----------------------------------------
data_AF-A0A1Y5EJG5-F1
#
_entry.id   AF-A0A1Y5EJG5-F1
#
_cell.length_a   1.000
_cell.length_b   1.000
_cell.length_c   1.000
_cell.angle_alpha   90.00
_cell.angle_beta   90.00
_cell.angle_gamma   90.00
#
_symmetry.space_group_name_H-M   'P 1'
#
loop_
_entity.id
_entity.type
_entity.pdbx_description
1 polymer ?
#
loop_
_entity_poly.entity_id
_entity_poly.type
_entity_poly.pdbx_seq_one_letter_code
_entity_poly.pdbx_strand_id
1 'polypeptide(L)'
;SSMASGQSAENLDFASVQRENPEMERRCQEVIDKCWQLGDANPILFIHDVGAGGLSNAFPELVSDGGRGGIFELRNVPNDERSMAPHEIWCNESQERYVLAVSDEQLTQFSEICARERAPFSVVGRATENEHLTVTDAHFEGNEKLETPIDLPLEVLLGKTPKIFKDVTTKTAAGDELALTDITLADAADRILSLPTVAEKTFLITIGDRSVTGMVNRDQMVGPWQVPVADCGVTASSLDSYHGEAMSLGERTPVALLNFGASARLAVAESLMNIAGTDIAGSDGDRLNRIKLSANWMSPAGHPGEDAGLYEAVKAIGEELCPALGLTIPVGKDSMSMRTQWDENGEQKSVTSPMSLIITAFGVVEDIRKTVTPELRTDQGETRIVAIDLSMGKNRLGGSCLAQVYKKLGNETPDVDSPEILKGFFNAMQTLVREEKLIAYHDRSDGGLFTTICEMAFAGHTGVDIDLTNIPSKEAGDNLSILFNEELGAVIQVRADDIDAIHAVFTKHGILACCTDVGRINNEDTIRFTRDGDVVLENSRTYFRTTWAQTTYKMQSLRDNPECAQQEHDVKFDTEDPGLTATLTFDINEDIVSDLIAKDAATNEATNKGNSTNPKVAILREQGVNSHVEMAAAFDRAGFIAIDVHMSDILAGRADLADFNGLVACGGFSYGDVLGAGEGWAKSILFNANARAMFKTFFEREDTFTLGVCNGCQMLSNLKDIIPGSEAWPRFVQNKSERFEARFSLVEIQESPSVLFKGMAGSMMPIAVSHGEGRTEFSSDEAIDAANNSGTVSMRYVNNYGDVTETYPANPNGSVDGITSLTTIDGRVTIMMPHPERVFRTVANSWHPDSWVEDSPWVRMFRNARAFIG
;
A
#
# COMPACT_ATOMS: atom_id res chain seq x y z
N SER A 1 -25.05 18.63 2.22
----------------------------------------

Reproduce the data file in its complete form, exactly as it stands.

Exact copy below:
data_AF-A0A1Y5EJG5-F1
#
_entry.id   AF-A0A1Y5EJG5-F1
#
_cell.length_a   1.000
_cell.length_b   1.000
_cell.length_c   1.000
_cell.angle_alpha   90.00
_cell.angle_beta   90.00
_cell.angle_gamma   90.00
#
_symmetry.space_group_name_H-M   'P 1'
#
loop_
_entity.id
_entity.type
_entity.pdbx_description
1 polymer ?
#
loop_
_entity_poly.entity_id
_entity_poly.type
_entity_poly.pdbx_seq_one_letter_code
_entity_poly.pdbx_strand_id
1 'polypeptide(L)'
;SSMASGQSAENLDFASVQRENPEMERRCQEVIDKCWQLGDANPILFIHDVGAGGLSNAFPELVSDGGRGGIFELRNVPNDERSMAPHEIWCNESQERYVLAVSDEQLTQFSEICARERAPFSVVGRATENEHLTVTDAHFEGNEKLETPIDLPLEVLLGKTPKIFKDVTTKTAAGDELALTDITLADAADRILSLPTVAEKTFLITIGDRSVTGMVNRDQMVGPWQVPVADCGVTASSLDSYHGEAMSLGERTPVALLNFGASARLAVAESLMNIAGTDIAGSDGDRLNRIKLSANWMSPAGHPGEDAGLYEAVKAIGEELCPALGLTIPVGKDSMSMRTQWDENGEQKSVTSPMSLIITAFGVVEDIRKTVTPELRTDQGETRIVAIDLSMGKNRLGGSCLAQVYKKLGNETPDVDSPEILKGFFNAMQTLVREEKLIAYHDRSDGGLFTTICEMAFAGHTGVDIDLTNIPSKEAGDNLSILFNEELGAVIQVRADDIDAIHAVFTKHGILACCTDVGRINNEDTIRFTRDGDVVLENSRTYFRTTWAQTTYKMQSLRDNPECAQQEHDVKFDTEDPGLTATLTFDINEDIVSDLIAKDAATNEATNKGNSTNPKVAILREQGVNSHVEMAAAFDRAGFIAIDVHMSDILAGRADLADFNGLVACGGFSYGDVLGAGEGWAKSILFNANARAMFKTFFEREDTFTLGVCNGCQMLSNLKDIIPGSEAWPRFVQNKSERFEARFSLVEIQESPSVLFKGMAGSMMPIAVSHGEGRTEFSSDEAIDAANNSGTVSMRYVNNYGDVTETYPANPNGSVDGITSLTTIDGRVTIMMPHPERVFRTVANSWHPDSWVEDSPWVRMFRNARAFIG
;
A
#
# COMPACT_ATOMS: atom_id res chain seq x y z
N SER A 1 -25.05 18.63 2.22